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Roundup Revealed: Glyphosate in Our Food System
By Austin Wilson
Glyphosate is applied frequently to the most popular crops in the U.S., including corn, soybeans and wheat, and has been found in many common food products including "all-natural" Quaker Oats. The report, Roundup Revealed: Glyphosate in Our Food System, raises concerns about the health and environmental impacts of current glyphosate use, gaps in the regulation of pesticides and how large chemical companies are promoting the use of glyphosate.
The report consolidates years of research, cutting through to the heart of the controversy over glyphosate. One key finding showed that glyphosate is increasingly being sprayed on crops just before harvest to dry out ("desiccate") the plants to speed up harvest operations. This practice results in greater residues of glyphosate in foods. The report's analysis finds that in 2015, nearly a third of U.S. wheat was treated with glyphosate, likely through pre-harvest use in most cases. A recent biomonitoring study revealed that 93 percent of Americans tested had glyphosate in their bodies.
In 2015, glyphosate was was classified as a probable carcinogen by the world's leading cancer authority, the World Health Organization's International Agency for Research on Cancer. Recent research suggests that glyphosate is likely to cause other chronic health impacts, including disruption of the body's endocrine system.
American regulators are dismissing key scientific data and continuing to raise the allowable limits for glyphosate residue in food, leaving the population at risk of health harms. The widespread use of glyphosate is also creating environmental problems, including herbicide-resistant weeds and reduced biodiversity. For too long, pesticides have been the foundation of agriculture, with glyphosate as the cornerstone; the cracks in this system run deep.
As You Sow has brought this issue to the attention of major companies, including Kellogg, a leader in sustainable agriculture who responded by agreeing to survey its supply chain about pre-harvest use of glyphosate.
"Experts, including the United Nations Food and Agriculture Organization, agree that pesticides are not necessary or helpful to feed the world," said Danielle Fugere, president of As You Sow. "Investors would be prudent to analyze their exposure to pesticide-intensive agriculture and prioritize sustainable solutions."
While the legal and political battles over glyphosate continue to emerge and develop, pesticide companies are staking their future on increased use of toxic pesticides. Monsanto and Dow Chemical are betting that farmers will adopt a new generation of genetically engineered crops that can be treated with both glyphosate and the more toxic herbicides dicamba and 2,4-D, increasing sales of these pesticides 10-fold while keeping use of glyphosate at current high levels.
Monsanto, which sells half of the world's glyphosate, has proposed to merge with Bayer, a major seed and pesticide company. This consolidation in the already-uncompetitive seed and agrochemical industry concerns farmers who fear that prices will continue to increase.
The pesticide industry mergers, including Monsanto-Bayer, are likely to exacerbate the food systems' greatest challenges. Investors, communities and downstream companies should be opposing these mergers and advocating for more sustainable agriculture methods.
Austin Wilson is the environmental health program manager for As You Sow.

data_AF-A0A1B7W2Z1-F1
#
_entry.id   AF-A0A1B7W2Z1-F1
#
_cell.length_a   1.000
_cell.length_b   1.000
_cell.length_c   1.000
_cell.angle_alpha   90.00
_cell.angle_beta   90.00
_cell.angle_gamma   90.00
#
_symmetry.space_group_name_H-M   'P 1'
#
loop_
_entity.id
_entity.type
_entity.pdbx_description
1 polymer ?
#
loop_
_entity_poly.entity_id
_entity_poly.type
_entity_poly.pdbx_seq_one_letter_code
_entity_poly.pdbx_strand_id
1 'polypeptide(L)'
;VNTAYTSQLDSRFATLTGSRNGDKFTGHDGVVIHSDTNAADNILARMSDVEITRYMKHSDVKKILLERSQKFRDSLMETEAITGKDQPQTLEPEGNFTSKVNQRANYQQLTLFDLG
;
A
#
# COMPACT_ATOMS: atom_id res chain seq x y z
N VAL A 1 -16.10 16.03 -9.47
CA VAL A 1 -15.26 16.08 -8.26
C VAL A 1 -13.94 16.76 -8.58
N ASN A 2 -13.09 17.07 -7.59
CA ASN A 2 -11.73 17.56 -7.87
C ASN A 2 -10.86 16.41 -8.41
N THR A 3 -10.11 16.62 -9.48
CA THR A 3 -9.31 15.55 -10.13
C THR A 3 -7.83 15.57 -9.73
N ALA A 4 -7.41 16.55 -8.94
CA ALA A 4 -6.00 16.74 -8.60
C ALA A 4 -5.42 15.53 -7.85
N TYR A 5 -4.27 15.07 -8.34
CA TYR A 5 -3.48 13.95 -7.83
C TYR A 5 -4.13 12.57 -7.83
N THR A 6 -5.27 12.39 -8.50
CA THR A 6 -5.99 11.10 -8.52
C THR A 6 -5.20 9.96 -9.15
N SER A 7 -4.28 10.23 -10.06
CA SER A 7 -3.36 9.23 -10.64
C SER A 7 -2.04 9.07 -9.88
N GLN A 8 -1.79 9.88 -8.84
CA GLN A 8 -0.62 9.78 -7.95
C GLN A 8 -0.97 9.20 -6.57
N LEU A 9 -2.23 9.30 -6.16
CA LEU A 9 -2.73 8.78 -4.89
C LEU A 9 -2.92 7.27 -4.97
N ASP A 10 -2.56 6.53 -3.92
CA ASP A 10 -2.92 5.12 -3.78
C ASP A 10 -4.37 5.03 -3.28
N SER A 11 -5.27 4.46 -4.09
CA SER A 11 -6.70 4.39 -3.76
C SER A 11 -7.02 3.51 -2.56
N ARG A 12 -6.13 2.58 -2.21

EcoWatch Daily Newsletter
By Elizabeth Henderson
The certified organic label has helped save many generational farms and enabled people like me, who do not come from agricultural backgrounds, to become successful farmers. Organic farming has brought environmental benefits—healthier soils, freedom from toxic pesticides and herbicides—to 6.5 million acres in the U.S.
By Ana Reisdorf, MS, RD
You've probably heard the buzz around collagen supplements and your skin by now. But is the hype really that promising? After all, research has pointed to both the benefits and downsides of collagen supplements — and for many beauty-conscious folk, collagen isn't vegan.
By Marlene Cimons
Neil Pederson's introduction to tree rings came from a "sweet and kindly" college instructor, who nevertheless was "one of the most boring professors I'd ever experienced," Pederson said. "I swore tree rings off then and there." But they kept coming back to haunt him.
By Daisy Brickhill
Each morning, men living in fishing communities along Ghana's coastline push off in search of the day's catch. But when the boats come back to shore, it's the women who take over.
By Sam Nickerson
Links between excess sugar in your diet and disease have been well-documented, but new research by Harvard's School of Public Health might make you even more wary of that next soda: it could increase your risk of an early death.
The study, published this week in the American Heart Association's journal Circulation, found that drinking one or two sugar-sweetened beverages (SSBs) each day — like sodas or sports drinks — increases risk of an early death by 14 percent.
Tyson Foods Recalls Nearly 70,000 Pounds of Chicken Strips After Customers Find ‘Fragments of Metal’
Tyson Foods is recalling approximately 69,093 pounds of frozen chicken strips because they may have been contaminated with pieces of metal, the U.S. Department of Agriculture (USDA) Food Safety and Inspection Service (FSIS) announced Thursday.
The affected products were fully-cooked "Buffalo Style" and "Crispy" chicken strips with a "use by" date of Nov. 30, 2019 and an establishment number of "P-7221" on the back of the package.
"FSIS is concerned that some product may be in consumers' freezers," the recall notice said. "Consumers who have purchased these products are urged not to consume them. These products should be thrown away or returned to the place of purchase."